It was just a week ago that the Internet exploded with confused-anger after a photograph of peeled oranges packaged in plastic on the shelves of a Whole Foods store was posted on Twitter. Whole Foods, which fancies itself a sustainable and environmentally friendly company, quickly pulled the fruit from its shelves after enduring thousands of complaints about the oranges’ “wasteful” packaging.

But the company’s foray into solar power may help redeem its reputation among those who were incensed by the orange fiasco.

Whole Foods announced last week that it had signed agreements with SolarCity (chaired by Elon Musk) and NRG Energy to install rooftop solar panels atop as many as 100 of its stores and distribution centers.

The units will be installed by New Jersey-based NRG Energy at 84 locations in 9 states, including California, Colorado, Connecticut, Massachusetts, Nevada, and Texas. SolarCity, of California, will install the rest of the units.

SolarCity will also provide systems for the grocery chain, which could potentially expand the rooftop solar program as the installations are rolled out.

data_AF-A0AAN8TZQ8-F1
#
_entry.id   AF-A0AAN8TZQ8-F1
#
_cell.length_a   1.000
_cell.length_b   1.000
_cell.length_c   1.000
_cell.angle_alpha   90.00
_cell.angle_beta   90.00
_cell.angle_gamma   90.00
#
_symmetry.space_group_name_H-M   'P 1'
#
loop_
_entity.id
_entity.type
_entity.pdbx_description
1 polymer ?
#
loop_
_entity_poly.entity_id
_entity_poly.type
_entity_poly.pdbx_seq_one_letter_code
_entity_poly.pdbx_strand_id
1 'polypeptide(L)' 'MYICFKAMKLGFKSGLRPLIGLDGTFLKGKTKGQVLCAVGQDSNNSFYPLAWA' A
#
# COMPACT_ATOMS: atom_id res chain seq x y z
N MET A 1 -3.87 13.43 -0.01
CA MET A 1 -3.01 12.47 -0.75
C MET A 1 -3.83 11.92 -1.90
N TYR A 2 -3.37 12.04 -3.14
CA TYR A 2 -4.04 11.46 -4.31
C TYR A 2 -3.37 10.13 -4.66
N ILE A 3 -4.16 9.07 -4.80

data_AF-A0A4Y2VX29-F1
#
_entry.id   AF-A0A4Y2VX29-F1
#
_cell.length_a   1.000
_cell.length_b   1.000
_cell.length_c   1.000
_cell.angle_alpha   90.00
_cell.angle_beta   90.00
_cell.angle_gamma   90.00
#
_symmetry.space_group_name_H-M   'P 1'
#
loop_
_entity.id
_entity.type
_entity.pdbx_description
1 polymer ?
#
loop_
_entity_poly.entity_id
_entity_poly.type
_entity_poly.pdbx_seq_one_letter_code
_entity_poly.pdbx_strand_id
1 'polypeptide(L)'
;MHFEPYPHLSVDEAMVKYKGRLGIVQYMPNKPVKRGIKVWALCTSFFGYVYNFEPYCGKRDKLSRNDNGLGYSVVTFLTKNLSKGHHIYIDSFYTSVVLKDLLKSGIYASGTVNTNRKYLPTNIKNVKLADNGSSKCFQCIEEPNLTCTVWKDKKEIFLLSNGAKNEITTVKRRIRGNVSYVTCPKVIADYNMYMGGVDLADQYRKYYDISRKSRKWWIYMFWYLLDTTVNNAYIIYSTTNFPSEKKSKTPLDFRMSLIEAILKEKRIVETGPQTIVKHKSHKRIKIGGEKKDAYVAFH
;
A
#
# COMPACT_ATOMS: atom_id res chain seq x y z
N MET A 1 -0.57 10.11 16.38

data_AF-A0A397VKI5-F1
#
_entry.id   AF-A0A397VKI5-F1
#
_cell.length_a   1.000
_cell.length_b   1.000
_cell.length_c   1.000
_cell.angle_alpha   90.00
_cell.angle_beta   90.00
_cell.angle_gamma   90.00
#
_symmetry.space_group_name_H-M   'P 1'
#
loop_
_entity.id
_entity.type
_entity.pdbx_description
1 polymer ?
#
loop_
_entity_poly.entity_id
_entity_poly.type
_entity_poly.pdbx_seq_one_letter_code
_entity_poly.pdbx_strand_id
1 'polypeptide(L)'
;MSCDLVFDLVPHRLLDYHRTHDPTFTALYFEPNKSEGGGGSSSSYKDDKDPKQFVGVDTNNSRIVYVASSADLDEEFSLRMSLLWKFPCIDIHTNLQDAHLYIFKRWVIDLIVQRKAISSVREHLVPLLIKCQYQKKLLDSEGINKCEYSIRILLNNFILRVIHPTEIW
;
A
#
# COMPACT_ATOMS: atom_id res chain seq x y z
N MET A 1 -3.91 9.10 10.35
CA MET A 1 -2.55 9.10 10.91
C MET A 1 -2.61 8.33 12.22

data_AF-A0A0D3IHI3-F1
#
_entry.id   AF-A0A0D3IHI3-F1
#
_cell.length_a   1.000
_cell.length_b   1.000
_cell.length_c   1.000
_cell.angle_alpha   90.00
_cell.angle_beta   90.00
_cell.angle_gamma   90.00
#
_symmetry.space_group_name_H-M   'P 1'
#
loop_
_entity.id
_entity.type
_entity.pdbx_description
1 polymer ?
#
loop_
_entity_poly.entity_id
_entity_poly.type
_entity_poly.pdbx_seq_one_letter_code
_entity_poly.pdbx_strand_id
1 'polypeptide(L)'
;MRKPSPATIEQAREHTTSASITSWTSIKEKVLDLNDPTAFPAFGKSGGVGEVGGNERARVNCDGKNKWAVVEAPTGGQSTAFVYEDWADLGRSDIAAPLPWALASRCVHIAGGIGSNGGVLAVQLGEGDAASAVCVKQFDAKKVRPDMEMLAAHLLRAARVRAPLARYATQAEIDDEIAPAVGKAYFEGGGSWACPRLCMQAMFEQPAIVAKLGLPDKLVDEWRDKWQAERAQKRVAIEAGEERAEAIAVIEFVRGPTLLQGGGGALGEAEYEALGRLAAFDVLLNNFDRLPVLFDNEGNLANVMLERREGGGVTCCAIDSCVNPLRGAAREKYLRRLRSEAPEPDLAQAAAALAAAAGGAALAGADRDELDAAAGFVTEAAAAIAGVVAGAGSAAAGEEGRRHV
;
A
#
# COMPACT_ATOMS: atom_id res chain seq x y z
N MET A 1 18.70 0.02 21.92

Whole Foods’ ultimate goal is to install solar at some 200 locations. A rooftop solar unit generates an estimated 5% to 20% of the annual electricity a store needs.

Kathy Luftus, global leader in sustainability at SolarCity, said in a statement:

“Installing solar at Whole Foods locations across the country will increase the percentage of renewable energy that is generated in communities where we work.” [1]

When the project is complete, Whole Foods will be 1 of the top 25 commercial solar companies in the United States.

Critics of Whole Foods’ peeled oranges should keep in mind that the company has made numerous “green” moves in recent years, including obtaining green building certifications, selling sustainable seafood, banning plastic bags, and transitioning to compostable cutlery and food packaging (oranges notwithstanding). [2]

But the supermarket chain has been under pressure in recent years to reduce costs, as it began facing more competition from the likes of Wal-Mart and German discount grocer, Aldi.

Read: Grocery Chain Aldi is Expanding Organics to Meet Consumer Demand

Wal-Mart is a competitor of Whole Foods in more ways than 1: the big box chain leads the way in solar installations, according to a report by the Solar Energy Industries Association, with 142 MW (megawatts) of solar on 348 stores and distribution centers. [3]

Sources:

[1] The New York Times

[2] Clean Technica

[3] The Motley Fool

Featured image source: Wikipedia


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Post written byJulie Fidler:
Julie Fidler is a freelance writer, legal blogger, and the author of Adventures in Holy Matrimony: For Better or the Absolute Worst. She lives in Pennsylvania with her husband and two ridiculously spoiled cats. She occasionally pontificates on her blog.